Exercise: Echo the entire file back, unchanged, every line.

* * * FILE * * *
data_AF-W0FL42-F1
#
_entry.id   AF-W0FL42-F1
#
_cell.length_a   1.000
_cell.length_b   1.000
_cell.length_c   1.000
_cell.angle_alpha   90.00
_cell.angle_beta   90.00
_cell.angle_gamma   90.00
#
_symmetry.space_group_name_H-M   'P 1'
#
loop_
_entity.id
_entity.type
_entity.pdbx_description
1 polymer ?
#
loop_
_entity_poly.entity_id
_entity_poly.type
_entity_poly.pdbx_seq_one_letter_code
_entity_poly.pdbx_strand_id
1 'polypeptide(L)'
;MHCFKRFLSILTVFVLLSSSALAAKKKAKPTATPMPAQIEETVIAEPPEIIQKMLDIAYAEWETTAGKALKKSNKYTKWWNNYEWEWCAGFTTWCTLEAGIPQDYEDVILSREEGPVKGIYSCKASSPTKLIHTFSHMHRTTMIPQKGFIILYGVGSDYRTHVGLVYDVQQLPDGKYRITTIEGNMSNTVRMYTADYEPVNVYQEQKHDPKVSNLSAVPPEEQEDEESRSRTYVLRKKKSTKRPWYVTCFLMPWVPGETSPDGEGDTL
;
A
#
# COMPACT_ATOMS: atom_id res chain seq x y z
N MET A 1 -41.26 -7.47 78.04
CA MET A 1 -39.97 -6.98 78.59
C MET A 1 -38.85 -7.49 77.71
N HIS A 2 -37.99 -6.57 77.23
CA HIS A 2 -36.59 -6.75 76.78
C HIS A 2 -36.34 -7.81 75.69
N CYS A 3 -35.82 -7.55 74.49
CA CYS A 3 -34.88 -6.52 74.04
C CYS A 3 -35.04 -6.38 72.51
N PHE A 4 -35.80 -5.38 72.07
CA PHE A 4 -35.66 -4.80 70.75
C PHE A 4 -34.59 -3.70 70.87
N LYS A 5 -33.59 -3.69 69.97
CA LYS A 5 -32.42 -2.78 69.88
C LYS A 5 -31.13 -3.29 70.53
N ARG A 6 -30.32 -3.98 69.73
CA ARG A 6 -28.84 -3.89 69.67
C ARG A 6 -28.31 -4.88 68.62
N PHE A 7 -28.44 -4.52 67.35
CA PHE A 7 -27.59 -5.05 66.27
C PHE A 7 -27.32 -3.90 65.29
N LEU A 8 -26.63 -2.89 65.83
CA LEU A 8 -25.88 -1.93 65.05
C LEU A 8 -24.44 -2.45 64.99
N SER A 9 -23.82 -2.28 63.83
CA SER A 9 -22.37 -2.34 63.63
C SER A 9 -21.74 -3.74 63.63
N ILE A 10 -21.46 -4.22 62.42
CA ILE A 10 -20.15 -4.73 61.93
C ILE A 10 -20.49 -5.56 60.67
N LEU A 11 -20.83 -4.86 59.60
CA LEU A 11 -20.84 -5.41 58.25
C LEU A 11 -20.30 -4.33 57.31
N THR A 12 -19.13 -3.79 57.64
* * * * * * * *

data_AF-W0FL42-F1
#
_entry.id   AF-W0FL42-F1
#
_cell.length_a   1.000
_cell.length_b   1.000
_cell.length_c   1.000
_cell.angle_alpha   90.00
_cell.angle_beta   90.00
_cell.angle_gamma   90.00
#
_symmetry.space_group_name_H-M   'P 1'
#
loop_
_entity.id
_entity.type
_entity.pdbx_description
1 polymer ?
#
loop_
_entity_poly.entity_id
_entity_poly.type
_entity_poly.pdbx_seq_one_letter_code
_entity_poly.pdbx_strand_id
1 'polypeptide(L)'
;MHCFKRFLSILTVFVLLSSSALAAKKKAKPTATPMPAQIEETVIAEPPEIIQKMLDIAYAEWETTAGKALKKSNKYTKWWNNYEWEWCAGFTTWCTLEAGIPQDYEDVILSREEGPVKGIYSCKASSPTKLIHTFSHMHRTTMIPQKGFIILYGVGSDYRTHVGLVYDVQQLPDGKYRITTIEGNMSNTVRMYTADYEPVNVYQEQKHDPKVSNLSAVPPEEQEDEESRSRTYVLRKKKSTKRPWYVTCFLMPWVPGETSPDGEGDTL
;
A
#
# COMPACT_ATOMS: atom_id res chain seq x y z
N MET A 1 -41.26 -7.47 78.04
CA MET A 1 -39.97 -6.98 78.59
C MET A 1 -38.85 -7.49 77.71
N HIS A 2 -37.99 -6.57 77.23
CA HIS A 2 -36.59 -6.75 76.78
C HIS A 2 -36.34 -7.81 75.69
N CYS A 3 -35.82 -7.55 74.49
CA CYS A 3 -34.88 -6.52 74.04
C CYS A 3 -35.04 -6.38 72.51
N PHE A 4 -35.80 -5.38 72.07
CA PHE A 4 -35.66 -4.80 70.75
C PHE A 4 -34.59 -3.70 70.87
N LYS A 5 -33.59 -3.69 69.97
CA LYS A 5 -32.42 -2.78 69.88
C LYS A 5 -31.13 -3.29 70.53
N ARG A 6 -30.32 -3.98 69.73
CA ARG A 6 -28.84 -3.89 69.67
C ARG A 6 -28.31 -4.88 68.62
N PHE A 7 -28.44 -4.52 67.35
CA PHE A 7 -27.59 -5.05 66.27
C PHE A 7 -27.32 -3.90 65.29
N LEU A 8 -26.63 -2.89 65.83
CA LEU A 8 -25.88 -1.93 65.05
C LEU A 8 -24.44 -2.45 64.99
N SER A 9 -23.82 -2.28 63.83
CA SER A 9 -22.37 -2.34 63.63
C SER A 9 -21.74 -3.74 63.63
N ILE A 10 -21.46 -4.22 62.42
CA ILE A 10 -20.15 -4.73 61.93
C ILE A 10 -20.49 -5.56 60.67
N LEU A 11 -20.83 -4.86 59.60
CA LEU A 11 -20.84 -5.41 58.25
C LEU A 11 -20.30 -4.33 57.31
N THR A 12 -19.13 -3.79 57.64